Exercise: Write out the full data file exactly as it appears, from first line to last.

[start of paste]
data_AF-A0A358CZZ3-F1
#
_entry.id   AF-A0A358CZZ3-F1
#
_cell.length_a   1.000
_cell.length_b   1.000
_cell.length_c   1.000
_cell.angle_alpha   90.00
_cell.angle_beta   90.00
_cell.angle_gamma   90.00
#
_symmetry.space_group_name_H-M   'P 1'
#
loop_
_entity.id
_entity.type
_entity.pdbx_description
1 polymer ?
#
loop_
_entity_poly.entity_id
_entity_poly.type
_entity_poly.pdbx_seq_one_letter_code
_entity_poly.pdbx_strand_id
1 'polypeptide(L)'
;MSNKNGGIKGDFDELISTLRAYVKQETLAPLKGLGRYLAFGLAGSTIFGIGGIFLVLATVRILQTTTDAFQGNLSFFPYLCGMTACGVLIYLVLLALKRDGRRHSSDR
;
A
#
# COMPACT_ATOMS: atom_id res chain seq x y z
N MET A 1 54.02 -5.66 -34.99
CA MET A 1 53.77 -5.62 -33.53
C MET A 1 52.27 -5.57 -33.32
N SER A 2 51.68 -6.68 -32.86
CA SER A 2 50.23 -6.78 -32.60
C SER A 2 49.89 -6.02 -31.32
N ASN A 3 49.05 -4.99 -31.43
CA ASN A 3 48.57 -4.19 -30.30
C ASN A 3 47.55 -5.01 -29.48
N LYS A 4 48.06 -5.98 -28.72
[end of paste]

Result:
data_AF-A0A358CZZ3-F1
#
_entry.id   AF-A0A358CZZ3-F1
#
_cell.length_a   1.000
_cell.length_b   1.000
_cell.length_c   1.000
_cell.angle_alpha   90.00
_cell.angle_beta   90.00
_cell.angle_gamma   90.00
#
_symmetry.space_group_name_H-M   'P 1'
#
loop_
_entity.id
_entity.type
_entity.pdbx_description
1 polymer ?
#
loop_
_entity_poly.entity_id
_entity_poly.type
_entity_poly.pdbx_seq_one_letter_code
_entity_poly.pdbx_strand_id
1 'polypeptide(L)'
;MSNKNGGIKGDFDELISTLRAYVKQETLAPLKGLGRYLAFGLAGSTIFGIGGIFLVLATVRILQTTTDAFQGNLSFFPYLCGMTACGVLIYLVLLALKRDGRRHSSDR
;
A
#
# COMPACT_ATOMS: atom_id res chain seq x y z
N MET A 1 54.02 -5.66 -34.99
CA MET A 1 53.77 -5.62 -33.53
C MET A 1 52.27 -5.57 -33.32
N SER A 2 51.68 -6.68 -32.86
CA SER A 2 50.23 -6.78 -32.60
C SER A 2 49.89 -6.02 -31.32
N ASN A 3 49.05 -4.99 -31.43
CA ASN A 3 48.57 -4.19 -30.30
C ASN A 3 47.55 -5.01 -29.48
N LYS A 4 48.06 -5.98 -28.72